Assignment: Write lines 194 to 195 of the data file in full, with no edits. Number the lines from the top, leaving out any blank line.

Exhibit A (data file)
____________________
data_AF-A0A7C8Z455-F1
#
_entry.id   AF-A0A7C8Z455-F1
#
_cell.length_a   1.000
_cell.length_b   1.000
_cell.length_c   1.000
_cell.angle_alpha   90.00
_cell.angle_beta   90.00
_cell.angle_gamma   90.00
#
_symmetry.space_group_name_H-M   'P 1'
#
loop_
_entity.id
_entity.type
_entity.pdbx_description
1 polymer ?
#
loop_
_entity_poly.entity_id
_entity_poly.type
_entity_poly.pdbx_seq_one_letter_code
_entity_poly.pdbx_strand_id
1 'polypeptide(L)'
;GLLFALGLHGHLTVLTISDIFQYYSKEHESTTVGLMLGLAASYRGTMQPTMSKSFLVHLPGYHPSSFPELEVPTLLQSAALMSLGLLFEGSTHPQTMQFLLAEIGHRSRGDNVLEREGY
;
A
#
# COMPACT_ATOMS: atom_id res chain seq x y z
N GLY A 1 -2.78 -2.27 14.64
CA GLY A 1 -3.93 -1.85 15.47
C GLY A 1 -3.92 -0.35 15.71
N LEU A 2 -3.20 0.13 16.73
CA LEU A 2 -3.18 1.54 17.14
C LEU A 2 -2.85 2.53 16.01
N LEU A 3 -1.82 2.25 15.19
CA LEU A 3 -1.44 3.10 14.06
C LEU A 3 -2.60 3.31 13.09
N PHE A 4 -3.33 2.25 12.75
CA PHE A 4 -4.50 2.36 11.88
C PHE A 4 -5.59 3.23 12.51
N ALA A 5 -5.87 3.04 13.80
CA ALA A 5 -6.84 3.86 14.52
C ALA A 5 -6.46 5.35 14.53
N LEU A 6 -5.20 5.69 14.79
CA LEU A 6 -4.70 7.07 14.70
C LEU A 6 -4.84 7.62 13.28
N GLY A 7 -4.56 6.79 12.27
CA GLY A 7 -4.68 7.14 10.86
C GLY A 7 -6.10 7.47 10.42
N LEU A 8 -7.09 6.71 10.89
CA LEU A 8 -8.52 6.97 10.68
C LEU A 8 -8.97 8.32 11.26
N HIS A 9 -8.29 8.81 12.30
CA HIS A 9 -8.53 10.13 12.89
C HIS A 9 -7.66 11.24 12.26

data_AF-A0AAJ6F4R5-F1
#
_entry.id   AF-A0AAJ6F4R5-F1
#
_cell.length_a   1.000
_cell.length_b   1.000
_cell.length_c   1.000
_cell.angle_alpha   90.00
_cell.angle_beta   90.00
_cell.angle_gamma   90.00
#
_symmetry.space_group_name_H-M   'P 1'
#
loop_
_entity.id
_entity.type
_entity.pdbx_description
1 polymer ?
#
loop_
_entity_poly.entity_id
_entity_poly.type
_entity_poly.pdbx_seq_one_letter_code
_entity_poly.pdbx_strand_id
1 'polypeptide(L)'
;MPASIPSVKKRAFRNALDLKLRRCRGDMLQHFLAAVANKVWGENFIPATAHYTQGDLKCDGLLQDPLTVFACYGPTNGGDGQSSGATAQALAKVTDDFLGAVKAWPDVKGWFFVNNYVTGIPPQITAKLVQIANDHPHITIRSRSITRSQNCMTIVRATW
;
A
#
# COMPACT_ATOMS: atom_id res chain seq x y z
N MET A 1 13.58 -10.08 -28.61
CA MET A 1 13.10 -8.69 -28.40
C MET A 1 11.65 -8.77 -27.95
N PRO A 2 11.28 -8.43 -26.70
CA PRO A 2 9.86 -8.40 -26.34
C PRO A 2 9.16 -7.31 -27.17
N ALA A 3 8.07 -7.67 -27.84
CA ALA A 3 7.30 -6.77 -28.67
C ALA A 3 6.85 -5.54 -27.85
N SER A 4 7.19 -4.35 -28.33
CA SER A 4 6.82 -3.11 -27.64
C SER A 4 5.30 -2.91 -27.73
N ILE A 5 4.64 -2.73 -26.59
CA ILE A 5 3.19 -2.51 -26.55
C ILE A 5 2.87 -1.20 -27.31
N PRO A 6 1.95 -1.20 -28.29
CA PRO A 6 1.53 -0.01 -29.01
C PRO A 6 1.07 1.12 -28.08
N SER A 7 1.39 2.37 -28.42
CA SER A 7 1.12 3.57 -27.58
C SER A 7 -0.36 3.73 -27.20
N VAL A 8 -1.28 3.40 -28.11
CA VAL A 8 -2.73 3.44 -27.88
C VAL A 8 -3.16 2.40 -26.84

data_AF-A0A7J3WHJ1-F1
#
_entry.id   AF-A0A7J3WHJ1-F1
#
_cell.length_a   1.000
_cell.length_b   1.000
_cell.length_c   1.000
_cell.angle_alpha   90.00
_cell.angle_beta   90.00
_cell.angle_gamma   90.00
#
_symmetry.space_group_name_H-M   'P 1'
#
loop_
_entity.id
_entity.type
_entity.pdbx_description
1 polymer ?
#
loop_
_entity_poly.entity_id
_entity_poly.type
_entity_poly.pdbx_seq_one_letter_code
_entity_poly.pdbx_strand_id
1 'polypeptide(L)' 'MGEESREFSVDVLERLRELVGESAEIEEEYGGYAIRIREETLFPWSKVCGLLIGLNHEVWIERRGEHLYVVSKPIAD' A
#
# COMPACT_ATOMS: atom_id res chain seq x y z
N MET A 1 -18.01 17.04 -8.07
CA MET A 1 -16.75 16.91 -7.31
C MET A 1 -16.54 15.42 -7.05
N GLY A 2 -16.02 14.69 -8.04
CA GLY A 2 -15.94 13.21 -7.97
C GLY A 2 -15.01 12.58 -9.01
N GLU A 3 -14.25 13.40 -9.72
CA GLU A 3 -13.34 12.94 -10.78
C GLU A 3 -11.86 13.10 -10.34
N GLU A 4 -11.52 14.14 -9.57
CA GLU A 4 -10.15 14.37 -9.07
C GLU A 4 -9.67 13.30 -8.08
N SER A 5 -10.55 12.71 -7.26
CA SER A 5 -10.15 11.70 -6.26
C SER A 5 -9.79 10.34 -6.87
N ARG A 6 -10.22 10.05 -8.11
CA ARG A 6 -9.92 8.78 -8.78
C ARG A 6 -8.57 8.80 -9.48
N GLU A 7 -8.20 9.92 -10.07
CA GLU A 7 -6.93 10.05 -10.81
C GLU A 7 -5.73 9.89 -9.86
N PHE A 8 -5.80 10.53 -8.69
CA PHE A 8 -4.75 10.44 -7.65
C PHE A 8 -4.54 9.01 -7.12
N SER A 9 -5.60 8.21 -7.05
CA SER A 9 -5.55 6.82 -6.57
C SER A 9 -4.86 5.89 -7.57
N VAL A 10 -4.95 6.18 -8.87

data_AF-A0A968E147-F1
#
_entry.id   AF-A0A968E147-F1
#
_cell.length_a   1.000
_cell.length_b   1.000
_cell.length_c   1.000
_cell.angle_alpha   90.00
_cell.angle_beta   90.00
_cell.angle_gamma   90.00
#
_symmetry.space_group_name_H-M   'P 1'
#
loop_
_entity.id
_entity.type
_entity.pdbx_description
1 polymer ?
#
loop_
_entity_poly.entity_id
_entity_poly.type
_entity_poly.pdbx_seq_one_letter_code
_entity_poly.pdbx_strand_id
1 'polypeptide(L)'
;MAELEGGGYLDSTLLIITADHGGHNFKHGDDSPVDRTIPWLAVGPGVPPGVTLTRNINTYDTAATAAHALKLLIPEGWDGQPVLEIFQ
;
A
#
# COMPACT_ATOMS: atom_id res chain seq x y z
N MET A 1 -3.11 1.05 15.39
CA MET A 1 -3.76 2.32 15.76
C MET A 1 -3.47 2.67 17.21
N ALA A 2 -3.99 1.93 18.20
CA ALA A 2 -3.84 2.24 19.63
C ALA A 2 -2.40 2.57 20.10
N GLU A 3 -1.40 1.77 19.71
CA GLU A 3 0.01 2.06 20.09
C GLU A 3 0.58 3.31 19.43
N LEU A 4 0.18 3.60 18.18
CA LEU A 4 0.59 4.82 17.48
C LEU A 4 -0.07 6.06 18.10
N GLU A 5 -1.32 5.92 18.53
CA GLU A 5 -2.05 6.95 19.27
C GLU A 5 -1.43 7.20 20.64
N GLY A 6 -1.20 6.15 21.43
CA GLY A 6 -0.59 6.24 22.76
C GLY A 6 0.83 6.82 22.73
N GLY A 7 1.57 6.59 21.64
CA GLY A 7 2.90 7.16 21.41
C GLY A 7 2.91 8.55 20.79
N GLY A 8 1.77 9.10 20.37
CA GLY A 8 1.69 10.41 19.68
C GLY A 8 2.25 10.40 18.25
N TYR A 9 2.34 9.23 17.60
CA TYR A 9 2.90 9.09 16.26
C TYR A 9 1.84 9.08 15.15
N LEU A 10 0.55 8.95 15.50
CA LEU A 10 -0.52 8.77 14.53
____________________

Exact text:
A
#